Today the kid would spray that brush with modern herbicides, so we pipe smokers are fortunate it happened long ago and far away.

But the kid took this wet, green growth he found on the shrub of the Heath tree to a local wood carver, a skilled artificer of pretty things, who likely paid the kid something one pays kids for curious objects, and the carver threw it in drawer.

Later, we cannot know how much later, the carver found the briar and it had dried. On a whim he carved some bauble with it, and may have stained it, and found it beautiful.

Some old dusty book I read claimed a visiting nobleman broke his meerschaum, and by chance went into the carver’s shop for a repair, and walked out instead with the first briar pipe.

The first few smokes through a briar pipe that’s not been cured, only dried, must have tasted like azz.

But, if the nobleman lived long enough, and smoked the new briar until it was just as colored as his busted meerschaum, here’s what he had:

C03076E9-871D-4AE8-B8DA-F60CAA82568E.jpeg
The oil has swollen the stem on this Lee Pot so much it’s cracked.

EC6029B1-8AB9-4F34-B575-FFA0B5BB9EF5.jpeg

This was the second worst oil soaked pile of the three. It’s been washed in soap and water, and had two salt treatments.

5DBACB1C-5FB8-4A89-BC54-FAB2710483D4.jpeg37B5EB41-7EB6-48D6-9F1C-82494A8CFE17.jpegB942AA57-4B15-4629-8D1B-75CABCB5ADB0.jpegI own so many Lees I usually have an almost new one for reference.

Note the wonderful condition of the bit on both the new (less than 20 smokes) Lee Pot and the one that was smoked a zillion times.

But the test is smoking the pipes.

80D9B8A7-FE0F-4168-9887-D41C4A221D91.jpegThe new Lee Pot still has residuals of Lee’s oil cure and PS LNF tastes and smells so good you want to sprinkle it on ice cream.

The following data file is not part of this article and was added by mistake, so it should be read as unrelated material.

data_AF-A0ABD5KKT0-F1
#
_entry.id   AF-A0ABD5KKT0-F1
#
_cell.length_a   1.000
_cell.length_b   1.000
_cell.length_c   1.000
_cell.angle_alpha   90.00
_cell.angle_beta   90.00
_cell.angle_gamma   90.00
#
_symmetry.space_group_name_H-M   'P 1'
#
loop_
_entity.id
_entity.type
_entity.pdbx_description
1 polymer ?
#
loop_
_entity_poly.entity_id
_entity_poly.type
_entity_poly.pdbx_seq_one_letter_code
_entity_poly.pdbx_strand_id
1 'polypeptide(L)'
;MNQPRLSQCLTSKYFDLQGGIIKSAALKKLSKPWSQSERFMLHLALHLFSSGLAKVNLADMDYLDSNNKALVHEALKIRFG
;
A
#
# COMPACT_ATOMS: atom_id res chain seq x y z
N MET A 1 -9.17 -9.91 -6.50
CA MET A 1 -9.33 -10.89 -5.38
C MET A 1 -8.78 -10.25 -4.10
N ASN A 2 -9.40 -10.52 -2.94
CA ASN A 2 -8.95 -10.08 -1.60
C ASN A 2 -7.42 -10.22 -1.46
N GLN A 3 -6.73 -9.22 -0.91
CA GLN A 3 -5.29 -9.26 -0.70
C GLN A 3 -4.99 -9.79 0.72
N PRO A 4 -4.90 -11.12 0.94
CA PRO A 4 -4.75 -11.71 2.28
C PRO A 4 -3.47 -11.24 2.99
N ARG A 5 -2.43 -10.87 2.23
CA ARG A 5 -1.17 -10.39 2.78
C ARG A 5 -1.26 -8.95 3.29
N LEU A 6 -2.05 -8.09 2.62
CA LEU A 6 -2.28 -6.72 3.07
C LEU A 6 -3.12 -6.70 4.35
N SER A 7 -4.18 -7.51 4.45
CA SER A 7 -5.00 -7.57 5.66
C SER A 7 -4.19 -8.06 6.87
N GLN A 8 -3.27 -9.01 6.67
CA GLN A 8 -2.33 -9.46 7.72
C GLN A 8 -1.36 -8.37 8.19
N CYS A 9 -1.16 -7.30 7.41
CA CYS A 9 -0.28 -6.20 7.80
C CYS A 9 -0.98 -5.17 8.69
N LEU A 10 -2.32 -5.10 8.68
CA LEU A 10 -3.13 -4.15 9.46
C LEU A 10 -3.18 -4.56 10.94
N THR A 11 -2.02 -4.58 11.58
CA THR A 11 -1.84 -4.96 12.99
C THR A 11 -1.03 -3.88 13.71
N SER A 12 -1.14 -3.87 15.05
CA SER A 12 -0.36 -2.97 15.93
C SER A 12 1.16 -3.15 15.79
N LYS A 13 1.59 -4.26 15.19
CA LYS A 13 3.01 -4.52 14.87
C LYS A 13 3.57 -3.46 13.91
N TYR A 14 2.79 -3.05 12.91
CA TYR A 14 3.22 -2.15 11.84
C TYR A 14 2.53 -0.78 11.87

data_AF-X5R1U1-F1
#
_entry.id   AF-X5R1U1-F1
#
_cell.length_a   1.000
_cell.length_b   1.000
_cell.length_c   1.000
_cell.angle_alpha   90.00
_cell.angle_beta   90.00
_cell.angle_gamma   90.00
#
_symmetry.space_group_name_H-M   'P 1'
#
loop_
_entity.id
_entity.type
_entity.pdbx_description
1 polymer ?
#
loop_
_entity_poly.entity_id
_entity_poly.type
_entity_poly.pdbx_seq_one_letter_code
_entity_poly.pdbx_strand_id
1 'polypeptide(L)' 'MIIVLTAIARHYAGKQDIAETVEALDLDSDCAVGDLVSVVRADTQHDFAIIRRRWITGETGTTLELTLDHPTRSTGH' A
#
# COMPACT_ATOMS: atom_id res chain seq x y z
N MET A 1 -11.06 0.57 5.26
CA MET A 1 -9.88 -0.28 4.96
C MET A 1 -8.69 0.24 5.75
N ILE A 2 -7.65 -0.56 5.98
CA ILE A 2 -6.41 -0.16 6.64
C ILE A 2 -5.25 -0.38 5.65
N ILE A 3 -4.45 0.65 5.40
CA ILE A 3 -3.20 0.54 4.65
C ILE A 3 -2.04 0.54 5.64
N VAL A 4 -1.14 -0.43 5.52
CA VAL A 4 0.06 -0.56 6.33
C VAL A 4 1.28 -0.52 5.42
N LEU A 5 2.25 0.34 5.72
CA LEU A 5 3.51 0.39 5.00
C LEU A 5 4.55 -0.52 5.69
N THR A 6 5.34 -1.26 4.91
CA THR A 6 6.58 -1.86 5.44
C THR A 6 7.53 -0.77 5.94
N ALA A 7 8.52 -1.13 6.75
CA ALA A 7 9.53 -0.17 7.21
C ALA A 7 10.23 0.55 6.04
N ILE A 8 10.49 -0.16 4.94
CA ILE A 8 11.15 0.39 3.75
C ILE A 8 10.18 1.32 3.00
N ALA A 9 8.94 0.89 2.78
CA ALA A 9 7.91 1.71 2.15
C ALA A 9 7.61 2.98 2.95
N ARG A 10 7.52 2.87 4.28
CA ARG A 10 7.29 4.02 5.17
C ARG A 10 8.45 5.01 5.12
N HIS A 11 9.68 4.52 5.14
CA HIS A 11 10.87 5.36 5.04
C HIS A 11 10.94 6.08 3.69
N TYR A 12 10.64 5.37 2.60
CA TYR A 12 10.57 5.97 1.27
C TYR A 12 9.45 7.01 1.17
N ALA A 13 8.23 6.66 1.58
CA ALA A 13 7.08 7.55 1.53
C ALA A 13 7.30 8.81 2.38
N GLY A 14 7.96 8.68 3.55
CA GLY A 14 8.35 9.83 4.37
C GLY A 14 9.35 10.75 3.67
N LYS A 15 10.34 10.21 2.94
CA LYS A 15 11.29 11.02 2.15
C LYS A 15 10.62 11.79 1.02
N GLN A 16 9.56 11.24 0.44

That $3 an ounce tobacco is wasted on the worn out Lee Pot. It’s not bad anymore, after partial reclaiming, but it’s not that good, either.

I doubt it ever will be, an excellent smoker again.

There’s some hope for the Lee Apple from the same seller though.

But look how green and nasty it looks.

39525215-5E22-44BE-9EE9-CC443229C62D.jpeg92579674-9D98-489B-8E29-AEB6C67EA63D.jpegBut the grain, is peeping through.

When it was new, this was a straight grain natural or tan 7 pointed star Three Star.

And it still smokes,,,,decently.

I need to scrub this thing again another half hour with Crest toothpaste.

Maybe listen to some music while I work.

 

OzPiper

Lifer
Nov 30, 2020
3,380
15,964
70
Sydney, Australia
Okay.... but that reply avoids the question, "What evidence - written documentation (online, etc) - do you have that Lee pipes were oil cured? I haven't found any data to suggest they were."

I have found written evidence in advertisements that Gold Coast pipes were "seasoned and cured". Nada for Lee.
The good attorney is a master of the art of obfuscation. ?
 
The good attorney is a master of the art of obfuscation. ?
Which is a shame. I was interested in reading about an obscure pipe line as I have a genuine interest in old American factory pipes.

I found the Lee pipe line to be fairly decent smokes, but not much more so than Marxmans.

I also enjoy Hillbilly musings as my father most likely fell from the same tree as Li'l Abner.

But that said, it may be that Mr. Lee is indeed some manifestation of an AI program written by some midwesterner joker.

I asked Mr. Lee to clarify his position with evidence that Lee pipes were oil cured. I got cow stories and the evidence seemed to be that something about a path being worn in the concrete floor in the barn.

Mr. Lee insists that the tar and oils came from inside the pipe. Maybe it might have - but his evidence is that boots and clothing wear out and so long as they are cleaned, repaired, and replaced, you never really notice.